It is the first time Britain has decided to hand the leadership role at the bank to a foreigner, The New York Times reported. The surprise move also comes as the BOE takes over the role of Britain's top regulator for banking, making the move a critical appointment.
The current regulating body, the Financial Services Authority, is closing in 2013. Current bank Gov. Mervyn King, meanwhile, is resigning in July.
"This is a new job. Previously, the focus was mainly on monetary policy. Now it is about financial stability, monetary policy and macro-prudential policy. The key is to get the right mix of policy and making sure there is proper coordination [with the Exchequer]," said said Simon Hayes, an economist at Barclays.
The Exchequer is the British equivalent of the U.S. Treasury Department.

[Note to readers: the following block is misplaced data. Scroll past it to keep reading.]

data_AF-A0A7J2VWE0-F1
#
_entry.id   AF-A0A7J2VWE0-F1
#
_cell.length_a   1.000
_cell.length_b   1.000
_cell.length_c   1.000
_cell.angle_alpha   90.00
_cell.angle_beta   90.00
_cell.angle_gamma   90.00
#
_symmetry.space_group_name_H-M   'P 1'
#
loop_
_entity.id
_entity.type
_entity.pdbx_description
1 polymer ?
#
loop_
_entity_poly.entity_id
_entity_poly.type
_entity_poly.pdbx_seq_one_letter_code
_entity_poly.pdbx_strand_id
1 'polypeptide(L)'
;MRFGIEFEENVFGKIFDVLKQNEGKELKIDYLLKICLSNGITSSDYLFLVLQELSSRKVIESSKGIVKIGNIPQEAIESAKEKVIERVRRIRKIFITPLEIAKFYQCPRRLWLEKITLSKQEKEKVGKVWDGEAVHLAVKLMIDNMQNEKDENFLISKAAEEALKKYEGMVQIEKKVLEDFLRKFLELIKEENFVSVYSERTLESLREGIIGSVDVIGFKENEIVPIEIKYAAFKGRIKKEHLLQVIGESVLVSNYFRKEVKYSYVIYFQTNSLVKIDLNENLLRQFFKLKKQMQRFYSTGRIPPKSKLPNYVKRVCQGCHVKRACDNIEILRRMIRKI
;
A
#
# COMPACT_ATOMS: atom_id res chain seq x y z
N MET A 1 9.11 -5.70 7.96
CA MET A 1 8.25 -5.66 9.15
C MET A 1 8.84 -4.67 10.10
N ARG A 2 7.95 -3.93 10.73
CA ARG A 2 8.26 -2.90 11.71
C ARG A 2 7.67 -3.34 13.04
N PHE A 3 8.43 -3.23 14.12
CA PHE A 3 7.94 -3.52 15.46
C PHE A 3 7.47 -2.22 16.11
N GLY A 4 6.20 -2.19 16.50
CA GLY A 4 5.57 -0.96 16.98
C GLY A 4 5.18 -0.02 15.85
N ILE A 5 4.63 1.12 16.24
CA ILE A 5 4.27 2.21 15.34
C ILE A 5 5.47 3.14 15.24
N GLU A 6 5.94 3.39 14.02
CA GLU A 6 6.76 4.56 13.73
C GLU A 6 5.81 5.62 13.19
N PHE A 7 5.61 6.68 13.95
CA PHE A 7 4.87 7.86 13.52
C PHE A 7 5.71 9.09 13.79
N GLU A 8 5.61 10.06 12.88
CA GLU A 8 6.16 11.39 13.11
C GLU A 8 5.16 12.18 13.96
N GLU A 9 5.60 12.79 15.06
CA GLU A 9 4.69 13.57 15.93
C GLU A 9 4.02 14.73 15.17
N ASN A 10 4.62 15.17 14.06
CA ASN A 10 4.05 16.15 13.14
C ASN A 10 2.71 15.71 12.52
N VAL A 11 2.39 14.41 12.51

Many had expected the government to pick BOE Deputy Gov. Paul Tucker to take over King's job. That promotion may have been scrapped after emails between Tucker and Barclays bank Chief Executive Officer Robert Diamond Jr. surfaced showing discussions on the London inter-bank exchange rate or Libor.
The emails suggest Tucker may have agreed that the rate should be suppressed, the Times said.
Barclays has agreed to pay a $450 million fine to settle charges that it manipulated the Libor, a scandal that has turned into an even wider investigation of other banks that may have attempted to do the same.
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